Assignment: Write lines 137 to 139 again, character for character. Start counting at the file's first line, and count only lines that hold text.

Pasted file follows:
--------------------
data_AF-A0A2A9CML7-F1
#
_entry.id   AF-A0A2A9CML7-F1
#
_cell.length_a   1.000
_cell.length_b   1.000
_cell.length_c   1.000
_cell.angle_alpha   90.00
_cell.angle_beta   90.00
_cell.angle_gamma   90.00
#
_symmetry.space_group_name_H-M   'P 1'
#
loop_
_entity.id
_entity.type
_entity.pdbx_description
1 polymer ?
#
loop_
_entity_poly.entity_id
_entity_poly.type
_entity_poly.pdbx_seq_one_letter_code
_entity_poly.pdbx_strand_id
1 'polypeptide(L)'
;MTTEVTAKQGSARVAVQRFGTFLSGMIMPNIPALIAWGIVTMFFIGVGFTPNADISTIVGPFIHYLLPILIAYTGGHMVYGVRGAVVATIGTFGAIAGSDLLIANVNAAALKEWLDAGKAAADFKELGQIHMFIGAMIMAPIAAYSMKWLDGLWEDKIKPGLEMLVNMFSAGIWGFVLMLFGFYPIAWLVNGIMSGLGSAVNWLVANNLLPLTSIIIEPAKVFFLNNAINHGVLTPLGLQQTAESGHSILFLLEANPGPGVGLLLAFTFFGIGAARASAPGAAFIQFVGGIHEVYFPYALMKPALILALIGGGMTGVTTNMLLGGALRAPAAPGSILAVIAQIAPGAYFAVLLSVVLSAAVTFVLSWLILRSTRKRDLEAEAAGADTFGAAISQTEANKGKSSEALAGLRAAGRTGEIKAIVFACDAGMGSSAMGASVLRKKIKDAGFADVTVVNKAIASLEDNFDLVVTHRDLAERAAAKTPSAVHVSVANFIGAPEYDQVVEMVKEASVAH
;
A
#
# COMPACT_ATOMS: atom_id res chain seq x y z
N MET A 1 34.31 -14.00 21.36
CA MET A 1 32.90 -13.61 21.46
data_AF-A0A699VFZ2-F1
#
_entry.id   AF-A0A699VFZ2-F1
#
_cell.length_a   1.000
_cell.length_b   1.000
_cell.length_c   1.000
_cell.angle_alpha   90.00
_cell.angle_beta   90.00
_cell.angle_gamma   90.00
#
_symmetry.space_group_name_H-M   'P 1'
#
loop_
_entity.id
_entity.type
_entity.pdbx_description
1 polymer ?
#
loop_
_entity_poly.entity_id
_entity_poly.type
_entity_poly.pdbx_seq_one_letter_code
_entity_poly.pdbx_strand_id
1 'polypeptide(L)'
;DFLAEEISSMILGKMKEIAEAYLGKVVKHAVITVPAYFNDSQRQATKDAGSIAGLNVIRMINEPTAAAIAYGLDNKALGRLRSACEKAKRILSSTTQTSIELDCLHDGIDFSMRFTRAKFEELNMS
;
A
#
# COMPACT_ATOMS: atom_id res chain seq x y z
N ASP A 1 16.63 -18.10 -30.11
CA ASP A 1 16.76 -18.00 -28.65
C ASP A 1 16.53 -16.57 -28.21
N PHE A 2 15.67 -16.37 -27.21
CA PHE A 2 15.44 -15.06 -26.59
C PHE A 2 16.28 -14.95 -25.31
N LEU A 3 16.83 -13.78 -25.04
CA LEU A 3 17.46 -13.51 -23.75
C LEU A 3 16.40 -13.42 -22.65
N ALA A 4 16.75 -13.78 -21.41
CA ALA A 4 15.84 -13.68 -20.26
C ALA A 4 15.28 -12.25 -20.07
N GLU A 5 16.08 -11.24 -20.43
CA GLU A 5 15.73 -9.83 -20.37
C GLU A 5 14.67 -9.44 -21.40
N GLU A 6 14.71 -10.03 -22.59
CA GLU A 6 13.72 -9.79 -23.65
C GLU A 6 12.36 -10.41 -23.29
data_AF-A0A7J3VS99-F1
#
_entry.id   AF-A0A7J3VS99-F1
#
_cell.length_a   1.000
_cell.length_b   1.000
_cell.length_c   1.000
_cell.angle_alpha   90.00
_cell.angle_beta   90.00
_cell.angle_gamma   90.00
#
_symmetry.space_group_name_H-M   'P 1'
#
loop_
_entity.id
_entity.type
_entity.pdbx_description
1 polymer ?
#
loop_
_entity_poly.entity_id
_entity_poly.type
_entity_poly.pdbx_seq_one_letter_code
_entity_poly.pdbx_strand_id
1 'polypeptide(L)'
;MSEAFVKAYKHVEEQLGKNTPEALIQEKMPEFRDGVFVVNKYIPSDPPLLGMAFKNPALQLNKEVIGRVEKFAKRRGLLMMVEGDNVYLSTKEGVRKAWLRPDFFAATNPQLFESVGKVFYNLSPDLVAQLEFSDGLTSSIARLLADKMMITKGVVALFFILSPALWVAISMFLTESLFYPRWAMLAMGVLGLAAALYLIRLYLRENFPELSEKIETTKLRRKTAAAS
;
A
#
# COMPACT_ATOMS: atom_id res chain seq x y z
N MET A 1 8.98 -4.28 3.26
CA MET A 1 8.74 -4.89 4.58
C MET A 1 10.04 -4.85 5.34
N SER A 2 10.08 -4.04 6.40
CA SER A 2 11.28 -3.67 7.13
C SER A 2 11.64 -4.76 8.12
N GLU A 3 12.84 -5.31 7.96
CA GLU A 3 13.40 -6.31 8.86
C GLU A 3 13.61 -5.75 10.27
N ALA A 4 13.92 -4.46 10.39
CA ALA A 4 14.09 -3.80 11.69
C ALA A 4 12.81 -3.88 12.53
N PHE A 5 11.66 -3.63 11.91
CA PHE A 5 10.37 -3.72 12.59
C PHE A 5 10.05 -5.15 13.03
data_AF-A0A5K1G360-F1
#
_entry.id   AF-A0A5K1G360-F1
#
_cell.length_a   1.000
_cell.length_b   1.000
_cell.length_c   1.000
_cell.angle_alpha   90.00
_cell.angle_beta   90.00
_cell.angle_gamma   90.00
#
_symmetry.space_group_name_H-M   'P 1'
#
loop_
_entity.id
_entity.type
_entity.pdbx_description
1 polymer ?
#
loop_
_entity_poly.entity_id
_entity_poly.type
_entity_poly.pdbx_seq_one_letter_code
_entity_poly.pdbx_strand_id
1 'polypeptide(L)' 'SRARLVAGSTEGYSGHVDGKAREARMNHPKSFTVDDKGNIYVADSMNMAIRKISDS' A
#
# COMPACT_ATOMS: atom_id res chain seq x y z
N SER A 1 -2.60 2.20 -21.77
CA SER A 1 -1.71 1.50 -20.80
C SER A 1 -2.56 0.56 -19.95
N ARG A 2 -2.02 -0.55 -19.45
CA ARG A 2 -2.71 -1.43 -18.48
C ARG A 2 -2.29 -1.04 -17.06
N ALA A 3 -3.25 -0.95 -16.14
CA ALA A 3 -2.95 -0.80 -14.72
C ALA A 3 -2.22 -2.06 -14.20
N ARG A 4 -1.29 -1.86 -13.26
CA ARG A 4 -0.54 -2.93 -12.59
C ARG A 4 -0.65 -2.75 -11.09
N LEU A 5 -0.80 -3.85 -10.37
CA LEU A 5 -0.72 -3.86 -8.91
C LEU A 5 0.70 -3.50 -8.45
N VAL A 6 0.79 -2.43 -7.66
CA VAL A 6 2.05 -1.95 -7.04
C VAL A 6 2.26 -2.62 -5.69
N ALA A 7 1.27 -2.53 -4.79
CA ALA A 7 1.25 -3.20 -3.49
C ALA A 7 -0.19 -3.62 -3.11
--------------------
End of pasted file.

_symmetry.space_group_name_H-M   'P 1'
#
loop_